A proposed ordinance would prohibit residences to be used as "nonhosted" short-term rental businesses for a period of four months in Grandview Heights.

The four-month period would give city officials time to consider the best way to regulate short-term rentals in residential districts and whether that should include a permanent ban on the operations, said City Council member Anthony Panzera, the legislation's sponsor.

Nonhosted short-term rentals refers to those homes in which the permanent resident, owner or lessee does not stay on site while the property is being rented for a short-term stay, he said.

"A short-term rental is really a commercial use, not a residential use," Panzera said.

The city is grappling with how to address the impact such uses may have "on the character and tranquility" of a residential neighborhood and on the community as a whole, he said.

The issue came to the forefront in May after residents who live near a Norton Avenue home used as an Airbnb rental attended a council meeting to voice their concerns.

The residents said the house often appears to serve as a party house, resulting in excessive noise and parking spaces occupied by people visiting the house.

City code does not specify whether a short-term rental may be a permitted or conditional use in any of Grandview's residential districts.

"So there's a huge gray area where you could say since it's not specifically permitted, it shouldn't be allowed, but you could also say since it's not specifically prohibited, it is permitted," Panzera said.

Short-term rental businesses already in place would be allowed to operate during the four-month period but would be required to register with the city within 30 days if the ordinance is approved, he said.

"It's understandable that an existing short-term rental operation would need some time to wind down their business or fulfill the reservation agreements they may have already made with customers," Panzera said.

The four-month prohibition period set by the ordinance would take the issue into the new year, when Grandview will have a new mayor and, depending on the results of the November election, two or three new council members, he said.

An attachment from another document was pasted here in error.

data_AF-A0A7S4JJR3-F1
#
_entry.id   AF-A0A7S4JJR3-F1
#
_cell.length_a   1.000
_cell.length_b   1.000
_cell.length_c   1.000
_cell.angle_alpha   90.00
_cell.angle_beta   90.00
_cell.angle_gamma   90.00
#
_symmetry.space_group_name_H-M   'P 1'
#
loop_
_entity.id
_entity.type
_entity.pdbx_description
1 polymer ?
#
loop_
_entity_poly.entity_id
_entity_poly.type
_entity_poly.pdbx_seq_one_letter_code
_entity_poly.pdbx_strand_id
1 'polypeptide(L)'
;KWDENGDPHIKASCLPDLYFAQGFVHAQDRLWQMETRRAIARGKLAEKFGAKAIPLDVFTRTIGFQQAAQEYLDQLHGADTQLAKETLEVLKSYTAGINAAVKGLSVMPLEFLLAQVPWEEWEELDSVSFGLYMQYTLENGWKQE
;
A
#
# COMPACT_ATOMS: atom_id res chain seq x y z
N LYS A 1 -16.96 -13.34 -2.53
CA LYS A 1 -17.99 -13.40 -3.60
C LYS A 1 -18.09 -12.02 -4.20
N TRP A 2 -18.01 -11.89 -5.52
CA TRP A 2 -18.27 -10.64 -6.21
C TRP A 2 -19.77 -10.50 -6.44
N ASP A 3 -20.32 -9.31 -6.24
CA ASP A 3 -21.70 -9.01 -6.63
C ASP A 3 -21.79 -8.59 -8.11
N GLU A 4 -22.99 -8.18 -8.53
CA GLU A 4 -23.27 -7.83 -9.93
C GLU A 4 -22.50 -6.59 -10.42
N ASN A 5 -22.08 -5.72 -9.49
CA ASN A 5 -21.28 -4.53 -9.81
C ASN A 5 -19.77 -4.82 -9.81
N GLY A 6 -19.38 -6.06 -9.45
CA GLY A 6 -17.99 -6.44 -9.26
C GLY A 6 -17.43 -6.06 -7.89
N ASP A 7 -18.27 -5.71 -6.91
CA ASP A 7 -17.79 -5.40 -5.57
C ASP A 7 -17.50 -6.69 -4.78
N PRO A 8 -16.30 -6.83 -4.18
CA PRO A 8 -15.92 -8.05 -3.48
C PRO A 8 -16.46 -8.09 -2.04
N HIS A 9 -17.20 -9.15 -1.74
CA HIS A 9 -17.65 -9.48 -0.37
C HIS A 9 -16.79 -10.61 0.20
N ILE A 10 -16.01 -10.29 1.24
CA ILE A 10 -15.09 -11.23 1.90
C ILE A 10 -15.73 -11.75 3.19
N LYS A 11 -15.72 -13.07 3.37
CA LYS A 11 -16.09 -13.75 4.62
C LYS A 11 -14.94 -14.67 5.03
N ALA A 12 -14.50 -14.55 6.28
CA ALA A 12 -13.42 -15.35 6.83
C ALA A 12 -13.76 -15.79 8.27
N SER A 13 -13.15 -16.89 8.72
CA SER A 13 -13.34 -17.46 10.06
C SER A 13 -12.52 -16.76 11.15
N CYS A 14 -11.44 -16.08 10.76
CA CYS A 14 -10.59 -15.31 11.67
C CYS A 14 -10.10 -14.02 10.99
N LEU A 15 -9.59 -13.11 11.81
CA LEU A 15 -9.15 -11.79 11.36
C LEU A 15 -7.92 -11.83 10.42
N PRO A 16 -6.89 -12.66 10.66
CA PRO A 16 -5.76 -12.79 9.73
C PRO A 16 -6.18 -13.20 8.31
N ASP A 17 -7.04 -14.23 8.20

The provisions of the ordinance would end after the four-month period if council takes no other action, Panzera said.

As a result, "council will be forced to continue discussion of this legislative item and its future" and come to a final conclusion about short-term rentals, he said.

Along with Panzera's ordinance, legislation to require short-term rental businesses to register with the city that council member Steve Reynolds introduced July 1 is still on the table.

Reynolds' ordinance was given a second reading at council's Sept. 3 meeting.

"Unfortunately, we're just about where I feared we would be," Reynolds said. "We're still talking about this issue with no solution in sight" for addressing the concerns the Norton Avenue residents raised.

His proposal to require short-term rental operators to register with the city was designed as "a first step" in the process to determine what type of regulations should be adopted, he said.

"If my legislation had been able to proceed and we held mid-month meetings during the summer, it could have been given a third reading and passed on the first meeting in August, and it would be in force by now," Reynolds said. "At least we would have the existing short-term rental properties identified, and that would help us consider the impact they're having on the community.

"I'm not in the habit of quoting (U.S. Gen. George) Patton, but as he said, 'A good plan violently executed now is better than a perfect plan executed next week,' " Reynolds said. "A halfway moratorium just doesn't seem to make sense."

Reynolds' call for simply registering short-term rental properties "does nothing to address the actual issues that have been raised," Panzera said.

Panzera's ordinance received a first reading Sept. 3 and was assigned to council's planning and administration committee for review.